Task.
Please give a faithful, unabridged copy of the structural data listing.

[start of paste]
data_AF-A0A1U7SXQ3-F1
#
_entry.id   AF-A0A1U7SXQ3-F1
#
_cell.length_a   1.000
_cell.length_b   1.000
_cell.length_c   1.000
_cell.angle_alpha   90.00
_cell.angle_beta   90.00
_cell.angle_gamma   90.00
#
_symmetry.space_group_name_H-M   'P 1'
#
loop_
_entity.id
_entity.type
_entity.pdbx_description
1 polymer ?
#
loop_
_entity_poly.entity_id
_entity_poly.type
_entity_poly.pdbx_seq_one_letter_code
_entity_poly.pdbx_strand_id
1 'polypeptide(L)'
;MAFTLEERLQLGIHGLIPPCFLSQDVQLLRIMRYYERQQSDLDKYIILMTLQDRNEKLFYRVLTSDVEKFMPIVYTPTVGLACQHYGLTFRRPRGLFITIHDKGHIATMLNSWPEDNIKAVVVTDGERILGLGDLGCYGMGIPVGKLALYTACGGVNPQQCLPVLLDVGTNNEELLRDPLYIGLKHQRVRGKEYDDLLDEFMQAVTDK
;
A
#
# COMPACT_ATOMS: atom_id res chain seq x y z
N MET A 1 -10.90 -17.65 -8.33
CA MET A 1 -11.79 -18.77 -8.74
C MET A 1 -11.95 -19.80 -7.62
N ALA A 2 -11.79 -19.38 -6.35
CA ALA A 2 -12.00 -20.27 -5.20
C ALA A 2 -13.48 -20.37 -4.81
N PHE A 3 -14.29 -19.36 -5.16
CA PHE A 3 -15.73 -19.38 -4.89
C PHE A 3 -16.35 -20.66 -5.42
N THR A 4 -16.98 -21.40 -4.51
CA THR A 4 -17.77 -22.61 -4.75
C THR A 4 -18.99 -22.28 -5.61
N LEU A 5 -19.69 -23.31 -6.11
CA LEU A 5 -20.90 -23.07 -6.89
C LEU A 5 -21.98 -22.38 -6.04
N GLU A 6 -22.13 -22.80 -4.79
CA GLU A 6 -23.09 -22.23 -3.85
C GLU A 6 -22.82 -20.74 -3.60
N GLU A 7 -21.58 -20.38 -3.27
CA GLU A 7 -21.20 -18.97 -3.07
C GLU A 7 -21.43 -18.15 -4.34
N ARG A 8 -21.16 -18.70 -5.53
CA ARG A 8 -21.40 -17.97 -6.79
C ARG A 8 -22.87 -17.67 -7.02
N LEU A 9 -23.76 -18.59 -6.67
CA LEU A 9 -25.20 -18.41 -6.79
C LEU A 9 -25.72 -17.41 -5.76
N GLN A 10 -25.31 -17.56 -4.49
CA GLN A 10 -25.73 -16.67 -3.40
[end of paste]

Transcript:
data_AF-A0A1U7SXQ3-F1
#
_entry.id   AF-A0A1U7SXQ3-F1
#
_cell.length_a   1.000
_cell.length_b   1.000
_cell.length_c   1.000
_cell.angle_alpha   90.00
_cell.angle_beta   90.00
_cell.angle_gamma   90.00
#
_symmetry.space_group_name_H-M   'P 1'
#
loop_
_entity.id
_entity.type
_entity.pdbx_description
1 polymer ?
#
loop_
_entity_poly.entity_id
_entity_poly.type
_entity_poly.pdbx_seq_one_letter_code
_entity_poly.pdbx_strand_id
1 'polypeptide(L)'
;MAFTLEERLQLGIHGLIPPCFLSQDVQLLRIMRYYERQQSDLDKYIILMTLQDRNEKLFYRVLTSDVEKFMPIVYTPTVGLACQHYGLTFRRPRGLFITIHDKGHIATMLNSWPEDNIKAVVVTDGERILGLGDLGCYGMGIPVGKLALYTACGGVNPQQCLPVLLDVGTNNEELLRDPLYIGLKHQRVRGKEYDDLLDEFMQAVTDK
;
A
#
# COMPACT_ATOMS: atom_id res chain seq x y z
N MET A 1 -10.90 -17.65 -8.33
CA MET A 1 -11.79 -18.77 -8.74
C MET A 1 -11.95 -19.80 -7.62
N ALA A 2 -11.79 -19.38 -6.35
CA ALA A 2 -12.00 -20.27 -5.20
C ALA A 2 -13.48 -20.37 -4.81
N PHE A 3 -14.29 -19.36 -5.16
CA PHE A 3 -15.73 -19.38 -4.89
C PHE A 3 -16.35 -20.66 -5.42
N THR A 4 -16.98 -21.40 -4.51
CA THR A 4 -17.77 -22.61 -4.75
C THR A 4 -18.99 -22.28 -5.61
N LEU A 5 -19.69 -23.31 -6.11
CA LEU A 5 -20.90 -23.07 -6.89
C LEU A 5 -21.98 -22.38 -6.04
N GLU A 6 -22.13 -22.80 -4.79
CA GLU A 6 -23.09 -22.23 -3.85
C GLU A 6 -22.82 -20.74 -3.60
N GLU A 7 -21.58 -20.38 -3.27
CA GLU A 7 -21.20 -18.97 -3.07
C GLU A 7 -21.43 -18.15 -4.34
N ARG A 8 -21.16 -18.70 -5.53
CA ARG A 8 -21.40 -17.97 -6.79
C ARG A 8 -22.87 -17.67 -7.02
N LEU A 9 -23.76 -18.59 -6.67
CA LEU A 9 -25.20 -18.41 -6.79
C LEU A 9 -25.72 -17.41 -5.76
N GLN A 10 -25.31 -17.56 -4.49
CA GLN A 10 -25.73 -16.67 -3.40